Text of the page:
Nelson disagreed, arguing without the individual mandate, a buy-in system will result in a dumping ground for the poor and sick.

“I don’t believe half measures are how we’re going to win and take office,” Nelson said. “It’s time for full-throated support for a Medicare for All system.”

Ratigan has made reforming the nation’s “broken political system” a campaign centerpiece, and has waged an asymmetrical campaign that has eviscerated Republicans and Democrats alike.

He excoriated Obamacare as the most damning example of government dysfunction.

The Democratic Party failed to provide health care when they had full control of Congress and the White House, he said, and lawmakers balked at the public option, or the creation of a government-run system.

“It’s not a mysterious concept,” said Ratigan. “It’s a political choice because the people who profit from our sickness and our death pay our politicians on both sides of the aisle. Unless you actually call it out and reform the Democratic Party, you will never have the obvious solutions that are available to each and every one of us.”

Ratigan said the two-party system leads to a misdirected sense of tribalism that should instead be directed at culling the influence of big government and corporations, an issue that transcends party lines.

“It seems to be working well with our campaign volunteers, half of which are independents and Republicans right now,” he said.

Cobb called Obamacare a “travesty on many levels” and lashed Republicans for failing to hold health care hearings.

The candidate often cites the need for “affordable and portable” coverage, and said Medicare for All is one possible option.

“We need to make sure that everyone has health care, and what it looks like right now may not be what’s in Congress right now,” Cobb said. “That’s the point of hearings. That’s the point of elected people doing their jobs. Getting professionals and experts in the room — not passing legislation in the middle of the night.

“There may be a better plan. I don’t know. But I’m open to listening.”

Lynn Kahn will be on the ballot in November as a Green Party candidate, but was not invited to the forum.

Stefanik has said she disagrees with barring access to patients with pre-existing conditions, and supports allowing people to stay on their parents’ health insurance plans up to the age of 26.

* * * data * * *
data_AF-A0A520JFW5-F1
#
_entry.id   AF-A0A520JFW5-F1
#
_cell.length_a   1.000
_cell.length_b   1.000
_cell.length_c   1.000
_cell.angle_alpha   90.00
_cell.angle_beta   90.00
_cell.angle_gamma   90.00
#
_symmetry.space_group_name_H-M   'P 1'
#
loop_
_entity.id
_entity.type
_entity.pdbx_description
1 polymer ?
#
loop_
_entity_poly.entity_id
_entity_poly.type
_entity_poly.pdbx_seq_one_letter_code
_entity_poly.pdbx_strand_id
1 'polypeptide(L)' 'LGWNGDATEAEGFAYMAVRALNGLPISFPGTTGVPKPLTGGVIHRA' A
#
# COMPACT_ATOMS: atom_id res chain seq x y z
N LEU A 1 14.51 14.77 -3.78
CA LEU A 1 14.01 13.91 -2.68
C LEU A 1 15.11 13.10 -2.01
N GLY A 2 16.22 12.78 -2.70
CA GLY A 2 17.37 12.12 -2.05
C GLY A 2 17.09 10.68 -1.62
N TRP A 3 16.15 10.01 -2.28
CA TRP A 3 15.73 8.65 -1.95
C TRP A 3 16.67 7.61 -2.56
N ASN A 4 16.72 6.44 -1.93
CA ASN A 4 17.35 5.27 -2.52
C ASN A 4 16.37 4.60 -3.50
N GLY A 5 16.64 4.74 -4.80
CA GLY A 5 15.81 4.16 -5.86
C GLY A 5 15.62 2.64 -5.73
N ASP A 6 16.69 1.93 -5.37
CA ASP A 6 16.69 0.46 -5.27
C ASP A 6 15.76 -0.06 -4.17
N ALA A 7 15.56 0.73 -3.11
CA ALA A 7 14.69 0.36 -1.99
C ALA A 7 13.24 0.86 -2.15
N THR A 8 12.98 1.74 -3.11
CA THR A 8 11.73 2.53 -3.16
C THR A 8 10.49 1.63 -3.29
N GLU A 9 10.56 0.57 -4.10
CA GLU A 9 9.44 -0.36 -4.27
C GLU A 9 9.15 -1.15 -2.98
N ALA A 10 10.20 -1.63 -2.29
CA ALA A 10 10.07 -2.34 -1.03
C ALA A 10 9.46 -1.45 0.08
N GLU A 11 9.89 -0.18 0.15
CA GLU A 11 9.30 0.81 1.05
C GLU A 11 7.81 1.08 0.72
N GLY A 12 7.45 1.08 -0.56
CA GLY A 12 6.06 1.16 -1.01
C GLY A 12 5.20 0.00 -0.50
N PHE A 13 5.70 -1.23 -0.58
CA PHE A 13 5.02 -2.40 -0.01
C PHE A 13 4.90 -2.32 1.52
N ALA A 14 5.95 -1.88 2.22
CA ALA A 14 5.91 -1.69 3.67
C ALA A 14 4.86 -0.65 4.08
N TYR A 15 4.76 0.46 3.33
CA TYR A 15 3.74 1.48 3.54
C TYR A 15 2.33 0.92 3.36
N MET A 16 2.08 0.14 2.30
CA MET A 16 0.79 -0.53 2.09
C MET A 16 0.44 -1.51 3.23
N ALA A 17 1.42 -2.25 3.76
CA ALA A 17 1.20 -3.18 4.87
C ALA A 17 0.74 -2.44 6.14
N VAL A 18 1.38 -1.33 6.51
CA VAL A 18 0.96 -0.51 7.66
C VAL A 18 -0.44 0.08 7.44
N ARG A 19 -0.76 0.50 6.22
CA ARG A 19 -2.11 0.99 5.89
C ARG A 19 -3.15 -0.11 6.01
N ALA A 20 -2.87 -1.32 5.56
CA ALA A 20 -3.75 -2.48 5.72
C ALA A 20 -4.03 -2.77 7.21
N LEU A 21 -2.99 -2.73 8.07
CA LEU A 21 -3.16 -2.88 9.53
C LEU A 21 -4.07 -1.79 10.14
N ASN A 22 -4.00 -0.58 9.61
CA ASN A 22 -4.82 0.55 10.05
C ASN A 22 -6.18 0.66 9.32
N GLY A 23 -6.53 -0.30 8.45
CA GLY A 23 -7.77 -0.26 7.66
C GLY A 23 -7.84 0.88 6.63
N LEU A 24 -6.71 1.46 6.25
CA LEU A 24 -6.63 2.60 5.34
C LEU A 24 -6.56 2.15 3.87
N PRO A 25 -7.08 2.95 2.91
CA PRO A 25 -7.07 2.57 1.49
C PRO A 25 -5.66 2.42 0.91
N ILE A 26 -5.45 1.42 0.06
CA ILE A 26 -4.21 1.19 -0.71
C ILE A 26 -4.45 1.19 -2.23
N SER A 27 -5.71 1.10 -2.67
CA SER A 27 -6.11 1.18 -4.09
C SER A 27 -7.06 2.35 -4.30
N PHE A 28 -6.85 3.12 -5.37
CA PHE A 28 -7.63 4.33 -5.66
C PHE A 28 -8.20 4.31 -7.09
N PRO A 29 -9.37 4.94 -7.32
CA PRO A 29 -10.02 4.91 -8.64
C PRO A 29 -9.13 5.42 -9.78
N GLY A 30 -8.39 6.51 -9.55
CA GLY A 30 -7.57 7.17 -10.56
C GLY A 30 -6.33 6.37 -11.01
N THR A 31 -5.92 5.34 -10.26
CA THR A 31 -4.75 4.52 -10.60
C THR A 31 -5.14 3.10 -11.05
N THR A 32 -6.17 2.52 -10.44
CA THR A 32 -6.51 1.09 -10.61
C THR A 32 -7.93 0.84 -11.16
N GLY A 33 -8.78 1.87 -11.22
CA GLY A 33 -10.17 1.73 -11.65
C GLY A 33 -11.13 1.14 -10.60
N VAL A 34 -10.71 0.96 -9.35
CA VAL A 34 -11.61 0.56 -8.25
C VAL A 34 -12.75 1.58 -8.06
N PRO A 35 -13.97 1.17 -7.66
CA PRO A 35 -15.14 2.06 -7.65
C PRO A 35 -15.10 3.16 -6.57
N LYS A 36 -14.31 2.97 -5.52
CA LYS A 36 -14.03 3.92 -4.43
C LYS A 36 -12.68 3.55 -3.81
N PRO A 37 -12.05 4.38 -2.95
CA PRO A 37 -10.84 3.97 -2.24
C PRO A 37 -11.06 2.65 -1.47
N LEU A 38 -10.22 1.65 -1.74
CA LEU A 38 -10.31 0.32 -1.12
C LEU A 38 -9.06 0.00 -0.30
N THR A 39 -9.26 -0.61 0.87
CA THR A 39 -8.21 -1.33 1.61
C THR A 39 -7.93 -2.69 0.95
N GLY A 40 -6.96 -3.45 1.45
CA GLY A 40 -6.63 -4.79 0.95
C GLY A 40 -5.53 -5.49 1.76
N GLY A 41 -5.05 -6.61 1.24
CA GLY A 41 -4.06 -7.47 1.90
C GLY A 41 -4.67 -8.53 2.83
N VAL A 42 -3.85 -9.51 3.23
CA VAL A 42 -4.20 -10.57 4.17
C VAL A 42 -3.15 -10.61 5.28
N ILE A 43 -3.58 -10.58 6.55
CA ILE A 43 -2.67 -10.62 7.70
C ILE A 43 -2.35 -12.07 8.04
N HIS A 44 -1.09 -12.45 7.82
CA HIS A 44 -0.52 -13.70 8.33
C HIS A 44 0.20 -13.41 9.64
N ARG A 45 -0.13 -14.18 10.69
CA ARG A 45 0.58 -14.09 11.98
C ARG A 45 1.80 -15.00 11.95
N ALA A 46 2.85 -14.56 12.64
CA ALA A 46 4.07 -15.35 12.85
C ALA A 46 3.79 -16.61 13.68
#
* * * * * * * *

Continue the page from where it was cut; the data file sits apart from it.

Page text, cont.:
However, those measures must be joined by “market flexibility and increased choice,” she said at a forum in Moriah in April.

Lenny Alcivar, a Stefanik campaign spokesman, said the lawmaker “has a strong, independent record on improving quality and accessibility and lowering costs of healthcare.”

“She wrote the single biggest fix to Obamacare that was signed into law by President Obama,” Alcivar said, referring to the repeal of the auto-enrollment mandate. “She will continue to fight for families that have seen healthcare costs increases due to the fundamentally-flawed Obamacare.”

The sophomore lawmaker also helped drive $27 million in federal funding for low-volume hospital and Medicare-dependent hospital programs in the district earlier this year, a measure cheered by providers.

While criticized for failing to tip her hand on how she would have voted for the Affordable Health Care Act until the last minute, Stefanik had argued the need to better understand the legislation.

Stefanik had called for a multi-year transition process; attempted to ensure essential health benefits were not stripped from the legislation, and sought additional funding for maternity care and addiction services.


Stefanik, who is seeking a third term, was roundly criticized by the field beyond health care.

Nelson contended the lawmaker is at the mercy of her campaign donors, citing support from Paul Singer, the billionaire hedge fund financier who the candidate blasted as the “lowest of the low” in the financial sector.

“Over her career, Stefanik has taken more than $200,000 from health care industry political action committees,” Nelson said.

He also said the lawmaker’s contributions from “corporate PACs” steered her position on Wall Street deregulation, referring to her vote last year to roll back many of the Dodd-Frank regulations designed to prevent another financial meltdown.

“When push comes to shove, Elise Stefanik will side with her donors over the people of New York’s 21st Congressional District,” Nelson said.

Ratigan has seldom criticized Stefanik by name since entering the race nearly four months ago.

But he was prompted into doing so when organizers, the League of Women Voters of Saratoga County and Citizens Acting Together for the 21st District, asked candidates to specify which votes make Stefanik vulnerable as she seeks a third term.